Matt - I have asked the two GSM providers in my area that I know of (Cingular and T-Mobile) and neither is willing to accomodate. If you have any other ideas as to how I could get both my lines on one card despite them I would appreciate them. Thanks, Dave

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#8
cypherkin

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Hi drreid, I have to strongly disagree with what Derrick is saying. I really hate it when people speak with authority on matters about which they clearly know nothing.


Hey Matt -- I am glad that you know about these things; but please users are users. Not everyone knows everything; and can't be expected to know everything. You could have just said that "This is the option....."

please do not offend or insult other users.

thanks

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#9
jchamier

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Guys,

It may be worth noting that only Orange in the UK offer this feature. The network has to have the equipment to support it. If neither T-Mob (US) or Cingular have the equipment in the network to support it, this feature is not available.

I seem to remember (from years ago, Paul (MVP) may also know, as he was on the same list) that this is a feature of Phase 2 of the GSM spec, and the two newer GSM networks in the UK were Phase 2, but one2one (now T-Mob UK) never supported it.

The handsets have the support it as well. Nokia's did from the beginning, but Motorola didn't.

I guess the networks and handset vendors didn't consider it a "must have" feature, or a revenue earning feature, unlike SMS or MMS, or WAP ? ;-)

James

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#10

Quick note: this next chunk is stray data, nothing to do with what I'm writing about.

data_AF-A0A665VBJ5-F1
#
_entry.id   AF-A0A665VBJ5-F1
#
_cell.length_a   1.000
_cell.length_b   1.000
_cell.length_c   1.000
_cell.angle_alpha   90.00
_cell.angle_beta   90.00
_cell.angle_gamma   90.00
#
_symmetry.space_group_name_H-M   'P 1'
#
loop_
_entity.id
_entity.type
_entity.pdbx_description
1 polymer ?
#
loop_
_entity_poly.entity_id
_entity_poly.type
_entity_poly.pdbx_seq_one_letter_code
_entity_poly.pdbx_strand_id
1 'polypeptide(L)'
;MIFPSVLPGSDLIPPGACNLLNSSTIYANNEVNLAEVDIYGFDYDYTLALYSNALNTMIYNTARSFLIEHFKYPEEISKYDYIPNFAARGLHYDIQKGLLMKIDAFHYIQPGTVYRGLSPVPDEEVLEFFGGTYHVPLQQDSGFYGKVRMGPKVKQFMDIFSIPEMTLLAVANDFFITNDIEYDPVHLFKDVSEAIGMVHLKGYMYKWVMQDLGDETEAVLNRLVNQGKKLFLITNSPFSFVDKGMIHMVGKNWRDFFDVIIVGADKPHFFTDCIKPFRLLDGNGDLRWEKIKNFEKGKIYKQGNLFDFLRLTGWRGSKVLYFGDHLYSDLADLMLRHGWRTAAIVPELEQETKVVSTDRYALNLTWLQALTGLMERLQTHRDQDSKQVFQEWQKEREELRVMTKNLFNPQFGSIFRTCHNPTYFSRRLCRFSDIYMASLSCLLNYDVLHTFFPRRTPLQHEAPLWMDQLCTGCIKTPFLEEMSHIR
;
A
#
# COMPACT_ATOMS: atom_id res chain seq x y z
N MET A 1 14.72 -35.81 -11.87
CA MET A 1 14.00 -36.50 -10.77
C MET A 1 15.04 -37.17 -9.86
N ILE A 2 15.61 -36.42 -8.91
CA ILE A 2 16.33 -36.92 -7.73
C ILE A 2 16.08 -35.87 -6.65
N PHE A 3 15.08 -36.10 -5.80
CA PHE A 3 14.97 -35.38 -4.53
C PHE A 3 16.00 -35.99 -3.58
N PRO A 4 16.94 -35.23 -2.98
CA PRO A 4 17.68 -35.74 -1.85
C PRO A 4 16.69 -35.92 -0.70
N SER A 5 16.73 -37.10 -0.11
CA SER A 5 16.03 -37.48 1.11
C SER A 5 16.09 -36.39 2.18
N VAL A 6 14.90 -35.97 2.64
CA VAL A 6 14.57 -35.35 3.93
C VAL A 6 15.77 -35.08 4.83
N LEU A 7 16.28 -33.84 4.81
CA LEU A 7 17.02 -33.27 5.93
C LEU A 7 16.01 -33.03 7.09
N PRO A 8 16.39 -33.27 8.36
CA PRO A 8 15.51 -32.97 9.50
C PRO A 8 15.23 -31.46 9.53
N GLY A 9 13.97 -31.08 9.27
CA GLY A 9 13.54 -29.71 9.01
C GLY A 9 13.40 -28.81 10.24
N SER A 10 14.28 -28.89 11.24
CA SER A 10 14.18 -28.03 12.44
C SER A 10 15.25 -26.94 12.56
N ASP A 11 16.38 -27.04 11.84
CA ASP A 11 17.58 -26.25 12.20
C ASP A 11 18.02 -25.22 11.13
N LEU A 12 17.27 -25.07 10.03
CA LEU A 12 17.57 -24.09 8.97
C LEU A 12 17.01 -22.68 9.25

kam_

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Firstly i strongly agree with Mattt that its anoying when people speak with authority about things they don't know about. The point i beleive he was making was not that everyone who doesnt know everything shouldn't contribute, but more the way they make their 'sugestion'. Posts these days are too often worded by users as 'it IS this way' and very less often 'i think its this way'. I'm sure his complaining was out of frustration.
Its not good for anyone if people unwitingly give false information in a way that makes users beleive it to be true because that person has concrete knowledge about it.

Ok so now back to the topic.. There are 4 things that need clarifying here:

1) Multisim copies the secret key from your sim card onto this 'emulated' supersim. In order to retreive that key it can take 4 to 12 hours of polling your sim in a card reader. The current key extraction techniques ONLY work on COMP128 v1 and exploit a flaw in that algorithm.
Even if you don't understand what that means whats relevant to you is that many networks know full well that people do this, and its a security risk. They have countermeasures to stop you doing this to their sims.

- Most networks now use COMP128 v2, You will be unable to use these SIM cards with multisim, so don't waste your time. Do a google search to see if your provider is using V2 - i'm sure others have tried it and reported it in some forum somewhere. WORST CASE: you waste your money on the Super SIM

- Some networks still use COMP128 v1 but do it three times, implementing 3DES. This removes the vulnerability in COMP 128 v1. Efectively its the same as if they use v2, supersim just wont work.

- Most networks put a query limit in their sim card. After a few million queries the sim card locks up and dies. Under normal circumstances it would take about 10 years for you to make that many queries, but with the super sim reader that will happen in about 4 hours. WORST CASE - you need to order a new sim, which they may charge you for. I advise u don't send the old sim back intact if this happens to you!

Ok so even if multisim works, you have to activate the sim before you can make or receive calls on it. Also don't expect to be able to use your original sim, and the 'clone' of it on the supersim at the same time. Only 1 will receive calls (the last one to register - they re-register about every 20 mins, so expect it to yo-yo from one sim to the other). You will only be able to make a call on one sim at any time - the supersim copy, or the original. If you make a call on the original while a call is in progress ont he clone, it will signal a HLR security message. Alot of these and they may wonder whats up.